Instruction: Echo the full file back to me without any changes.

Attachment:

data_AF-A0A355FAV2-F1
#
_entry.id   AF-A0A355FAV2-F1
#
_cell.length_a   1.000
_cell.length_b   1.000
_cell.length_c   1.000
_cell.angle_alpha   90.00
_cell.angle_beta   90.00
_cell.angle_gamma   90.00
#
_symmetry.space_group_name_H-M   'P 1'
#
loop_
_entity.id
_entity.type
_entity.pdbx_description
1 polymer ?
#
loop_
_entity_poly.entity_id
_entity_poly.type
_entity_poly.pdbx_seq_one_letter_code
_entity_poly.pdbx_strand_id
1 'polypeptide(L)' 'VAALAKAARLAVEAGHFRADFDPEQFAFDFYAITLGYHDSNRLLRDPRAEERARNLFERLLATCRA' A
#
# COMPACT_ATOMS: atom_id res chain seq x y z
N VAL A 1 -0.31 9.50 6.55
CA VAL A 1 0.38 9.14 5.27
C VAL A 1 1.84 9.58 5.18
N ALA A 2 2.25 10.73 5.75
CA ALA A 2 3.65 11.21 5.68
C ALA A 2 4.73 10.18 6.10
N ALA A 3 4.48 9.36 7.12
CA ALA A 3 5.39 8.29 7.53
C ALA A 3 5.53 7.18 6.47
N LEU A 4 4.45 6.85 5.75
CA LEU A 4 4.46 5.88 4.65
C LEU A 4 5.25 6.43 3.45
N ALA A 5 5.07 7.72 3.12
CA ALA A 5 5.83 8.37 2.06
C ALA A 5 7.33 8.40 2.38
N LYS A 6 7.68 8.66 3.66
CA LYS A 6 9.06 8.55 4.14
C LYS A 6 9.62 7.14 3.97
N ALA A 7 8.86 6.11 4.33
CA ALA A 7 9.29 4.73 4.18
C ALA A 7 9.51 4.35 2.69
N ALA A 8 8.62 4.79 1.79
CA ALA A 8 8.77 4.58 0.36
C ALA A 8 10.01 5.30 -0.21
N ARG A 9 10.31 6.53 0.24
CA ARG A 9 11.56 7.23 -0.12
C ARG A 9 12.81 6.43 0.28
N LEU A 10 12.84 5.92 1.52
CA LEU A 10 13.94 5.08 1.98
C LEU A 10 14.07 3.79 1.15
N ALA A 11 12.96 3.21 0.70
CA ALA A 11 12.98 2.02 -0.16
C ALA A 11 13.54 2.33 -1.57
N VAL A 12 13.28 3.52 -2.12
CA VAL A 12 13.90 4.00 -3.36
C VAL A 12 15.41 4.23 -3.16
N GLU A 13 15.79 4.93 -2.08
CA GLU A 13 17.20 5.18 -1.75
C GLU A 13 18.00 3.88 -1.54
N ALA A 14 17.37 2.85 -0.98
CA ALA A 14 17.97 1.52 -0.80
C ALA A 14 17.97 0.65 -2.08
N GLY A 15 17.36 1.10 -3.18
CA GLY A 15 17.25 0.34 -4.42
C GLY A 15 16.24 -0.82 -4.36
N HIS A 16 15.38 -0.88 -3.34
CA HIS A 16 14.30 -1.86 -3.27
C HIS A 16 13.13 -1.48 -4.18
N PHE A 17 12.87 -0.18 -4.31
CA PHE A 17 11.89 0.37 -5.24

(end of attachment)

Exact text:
data_AF-A0A355FAV2-F1
#
_entry.id   AF-A0A355FAV2-F1
#
_cell.length_a   1.000
_cell.length_b   1.000
_cell.length_c   1.000
_cell.angle_alpha   90.00
_cell.angle_beta   90.00
_cell.angle_gamma   90.00
#
_symmetry.space_group_name_H-M   'P 1'
#
loop_
_entity.id
_entity.type
_entity.pdbx_description
1 polymer ?
#
loop_
_entity_poly.entity_id
_entity_poly.type
_entity_poly.pdbx_seq_one_letter_code
_entity_poly.pdbx_strand_id
1 'polypeptide(L)' 'VAALAKAARLAVEAGHFRADFDPEQFAFDFYAITLGYHDSNRLLRDPRAEERARNLFERLLATCRA' A
#
# COMPACT_ATOMS: atom_id res chain seq x y z
N VAL A 1 -0.31 9.50 6.55
CA VAL A 1 0.38 9.14 5.27
C VAL A 1 1.84 9.58 5.18
N ALA A 2 2.25 10.73 5.75
CA ALA A 2 3.65 11.21 5.68
C ALA A 2 4.73 10.18 6.10
N ALA A 3 4.48 9.36 7.12
CA ALA A 3 5.39 8.29 7.53
C ALA A 3 5.53 7.18 6.47
N LEU A 4 4.45 6.85 5.75
CA LEU A 4 4.46 5.88 4.65
C LEU A 4 5.25 6.43 3.45
N ALA A 5 5.07 7.72 3.12
CA ALA A 5 5.83 8.37 2.06
C ALA A 5 7.33 8.40 2.38
N LYS A 6 7.68 8.66 3.66
CA LYS A 6 9.06 8.55 4.14
C LYS A 6 9.62 7.14 3.97
N ALA A 7 8.86 6.11 4.33
CA ALA A 7 9.29 4.73 4.18
C ALA A 7 9.51 4.35 2.69
N ALA A 8 8.62 4.79 1.79
CA ALA A 8 8.77 4.58 0.36
C ALA A 8 10.01 5.30 -0.21
N ARG A 9 10.31 6.53 0.24
CA ARG A 9 11.56 7.23 -0.12
C ARG A 9 12.81 6.43 0.28
N LEU A 10 12.84 5.92 1.52
CA LEU A 10 13.94 5.08 1.98
C LEU A 10 14.07 3.79 1.15
N ALA A 11 12.96 3.21 0.70
CA ALA A 11 12.98 2.02 -0.16
C ALA A 11 13.54 2.33 -1.57
N VAL A 12 13.28 3.52 -2.12
CA VAL A 12 13.90 4.00 -3.36
C VAL A 12 15.41 4.23 -3.16
N GLU A 13 15.79 4.93 -2.08
CA GLU A 13 17.20 5.18 -1.75
C GLU A 13 18.00 3.88 -1.54
N ALA A 14 17.37 2.85 -0.98
CA ALA A 14 17.97 1.52 -0.80
C ALA A 14 17.97 0.65 -2.08
N GLY A 15 17.36 1.10 -3.18
CA GLY A 15 17.25 0.34 -4.42
C GLY A 15 16.24 -0.82 -4.36
N HIS A 16 15.38 -0.88 -3.34
CA HIS A 16 14.30 -1.86 -3.27
C HIS A 16 13.13 -1.48 -4.18
N PHE A 17 12.87 -0.18 -4.31
CA PHE A 17 11.89 0.37 -5.24